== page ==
Monday, April 8, 2013
By Harry Forbes
Jesse Eisenberg’s oddball play is, sorry to say, far from great. There’s more than the germ of a good idea here, and the thematic subtext about the nature of family is a worthy one. But in the play’s current form, character development – particularly the part he’s written for himself – and large chunks of the text need refining.
And yet, for all of that, here is the great Vanessa Redgrave giving a truly magnificent performance. Though she’s definitely one of those actresses who “could read the phone book” and make it magical, it must be conceded that Eisenberg has, in fact, written her a decently meaty role. I don’t believe she’s ever been better, even in greater plays, and that is saying something.
She plays Maria, an elderly Polish woman living in virtual solitude in her Szczecin apartment delighted that her distant cousin from America – that’s David (Eisenberg) – has come for an extended visit. But when the insensitive lad arrives, he is barely cordial. No sooner is he in the door than he wants to shut himself in the bedroom she’s vacated for him, and finish the sci-fi novel he’s been working on, and smoke hash when the whim strikes.
Maria had planned to cook for him, and give him a tour of the city, but David will have none of this. His character is so hyper-kinetic and unpleasant that it sorely grates on us, even as Maria seems to put up with it with remarkably good grace.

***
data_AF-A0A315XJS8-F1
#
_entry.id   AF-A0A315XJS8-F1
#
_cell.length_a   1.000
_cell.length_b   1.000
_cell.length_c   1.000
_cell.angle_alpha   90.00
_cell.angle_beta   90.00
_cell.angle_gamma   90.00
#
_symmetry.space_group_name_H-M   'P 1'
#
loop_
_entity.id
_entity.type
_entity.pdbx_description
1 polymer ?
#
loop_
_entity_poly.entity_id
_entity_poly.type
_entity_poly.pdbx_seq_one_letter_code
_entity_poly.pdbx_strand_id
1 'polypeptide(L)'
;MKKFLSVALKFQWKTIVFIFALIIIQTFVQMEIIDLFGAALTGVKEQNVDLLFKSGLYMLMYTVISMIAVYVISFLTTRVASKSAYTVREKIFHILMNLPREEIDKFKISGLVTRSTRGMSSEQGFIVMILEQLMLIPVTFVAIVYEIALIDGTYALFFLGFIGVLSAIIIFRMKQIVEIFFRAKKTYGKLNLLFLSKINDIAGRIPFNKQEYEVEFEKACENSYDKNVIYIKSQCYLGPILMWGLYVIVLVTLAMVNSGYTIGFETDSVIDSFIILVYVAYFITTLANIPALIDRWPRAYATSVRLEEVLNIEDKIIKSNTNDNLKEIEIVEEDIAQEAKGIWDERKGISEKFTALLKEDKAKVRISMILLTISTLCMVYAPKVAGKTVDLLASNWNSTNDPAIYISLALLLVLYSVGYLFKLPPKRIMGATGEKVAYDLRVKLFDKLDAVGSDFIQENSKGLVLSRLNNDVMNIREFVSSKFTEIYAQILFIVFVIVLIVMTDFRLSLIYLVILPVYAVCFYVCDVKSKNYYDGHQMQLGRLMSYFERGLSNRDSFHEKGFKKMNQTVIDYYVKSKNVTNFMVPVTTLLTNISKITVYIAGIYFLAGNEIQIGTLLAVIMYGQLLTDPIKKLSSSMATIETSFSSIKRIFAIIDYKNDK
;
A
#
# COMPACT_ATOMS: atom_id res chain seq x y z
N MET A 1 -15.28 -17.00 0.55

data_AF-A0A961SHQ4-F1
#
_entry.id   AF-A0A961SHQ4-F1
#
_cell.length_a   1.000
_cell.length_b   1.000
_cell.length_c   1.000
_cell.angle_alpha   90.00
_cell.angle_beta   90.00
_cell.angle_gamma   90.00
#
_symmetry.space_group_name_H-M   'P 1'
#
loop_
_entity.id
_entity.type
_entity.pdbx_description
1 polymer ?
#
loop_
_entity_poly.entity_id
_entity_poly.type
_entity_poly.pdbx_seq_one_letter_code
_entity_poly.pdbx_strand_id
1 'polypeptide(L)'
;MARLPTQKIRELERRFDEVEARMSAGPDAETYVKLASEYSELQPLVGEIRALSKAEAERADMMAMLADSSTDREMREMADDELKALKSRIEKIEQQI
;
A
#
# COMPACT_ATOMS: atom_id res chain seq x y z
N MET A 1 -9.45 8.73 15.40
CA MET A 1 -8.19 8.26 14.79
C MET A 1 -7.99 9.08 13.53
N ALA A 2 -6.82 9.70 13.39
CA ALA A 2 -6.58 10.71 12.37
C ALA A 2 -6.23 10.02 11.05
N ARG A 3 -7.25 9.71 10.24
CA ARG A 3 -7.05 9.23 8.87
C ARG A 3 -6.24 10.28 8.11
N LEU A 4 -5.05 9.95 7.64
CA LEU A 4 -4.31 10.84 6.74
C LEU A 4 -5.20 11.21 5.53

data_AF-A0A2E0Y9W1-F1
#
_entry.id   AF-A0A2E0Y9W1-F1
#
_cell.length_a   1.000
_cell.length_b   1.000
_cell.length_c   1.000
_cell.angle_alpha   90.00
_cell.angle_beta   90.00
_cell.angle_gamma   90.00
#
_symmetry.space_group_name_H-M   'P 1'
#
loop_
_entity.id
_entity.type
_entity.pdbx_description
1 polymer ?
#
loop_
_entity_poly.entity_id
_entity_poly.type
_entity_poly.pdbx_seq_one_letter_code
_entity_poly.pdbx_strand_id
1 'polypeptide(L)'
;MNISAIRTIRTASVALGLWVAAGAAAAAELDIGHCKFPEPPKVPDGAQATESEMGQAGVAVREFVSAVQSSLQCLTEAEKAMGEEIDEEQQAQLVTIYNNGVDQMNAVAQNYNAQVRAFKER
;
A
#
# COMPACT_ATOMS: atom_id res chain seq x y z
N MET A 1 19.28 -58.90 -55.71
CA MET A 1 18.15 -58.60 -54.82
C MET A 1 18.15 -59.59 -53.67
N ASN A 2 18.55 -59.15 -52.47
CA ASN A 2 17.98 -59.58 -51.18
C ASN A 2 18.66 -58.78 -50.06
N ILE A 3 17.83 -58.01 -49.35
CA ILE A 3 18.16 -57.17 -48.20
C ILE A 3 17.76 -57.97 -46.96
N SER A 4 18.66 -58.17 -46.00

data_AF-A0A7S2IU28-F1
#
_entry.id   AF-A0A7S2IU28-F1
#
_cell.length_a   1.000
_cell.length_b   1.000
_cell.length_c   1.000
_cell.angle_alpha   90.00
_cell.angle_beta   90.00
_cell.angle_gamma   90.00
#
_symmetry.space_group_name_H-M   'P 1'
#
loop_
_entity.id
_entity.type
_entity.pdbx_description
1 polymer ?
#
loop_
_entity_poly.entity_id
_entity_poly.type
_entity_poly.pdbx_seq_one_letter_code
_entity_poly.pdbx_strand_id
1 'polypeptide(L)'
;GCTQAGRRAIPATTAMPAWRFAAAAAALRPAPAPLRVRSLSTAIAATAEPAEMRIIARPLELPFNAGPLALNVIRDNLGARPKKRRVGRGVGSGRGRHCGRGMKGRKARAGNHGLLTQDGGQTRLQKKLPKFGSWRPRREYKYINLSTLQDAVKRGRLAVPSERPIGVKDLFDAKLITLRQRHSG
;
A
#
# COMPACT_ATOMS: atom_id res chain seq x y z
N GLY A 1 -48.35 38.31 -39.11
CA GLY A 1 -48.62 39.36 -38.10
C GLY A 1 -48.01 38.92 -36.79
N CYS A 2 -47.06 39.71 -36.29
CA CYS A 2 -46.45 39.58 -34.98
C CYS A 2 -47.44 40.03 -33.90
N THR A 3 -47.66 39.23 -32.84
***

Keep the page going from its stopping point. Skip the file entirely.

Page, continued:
Dan Oreskes is excellent as a non-English speaking taxi driver friend of Maria whom at one point David encourages to parrot some curse words, typical of the rather sophomoric humor Eisenberg sometimes employs; the “Who’s on First” routine performed by him for Maria being another example. Still, in that scene, and elsewhere, Redgrave and Eisenberg play well together, and transcend the oil and water aspects of their acting styles and characters.
There are some late revelations – which demonstrate the multiple meaning of the title – but Maria’s subsequent actions are a puzzlement, to say the least. Eisenberg might consider some fine-tuning if the play is to have an after-life following its limited run at the Cherry Lane. Kip Fagan’s direction keeps things moving throughout its nearly two-hour intermission-less length.
John McDermott’s three-room set on the compact stage is finely detailed, and Jessica Pabst’s costumes perfectly define the characters.
(Cherry Lane Theatre, 38 Commerce Street, www.TheRevisionistPlay.com or 866.811.4111; through April 27)
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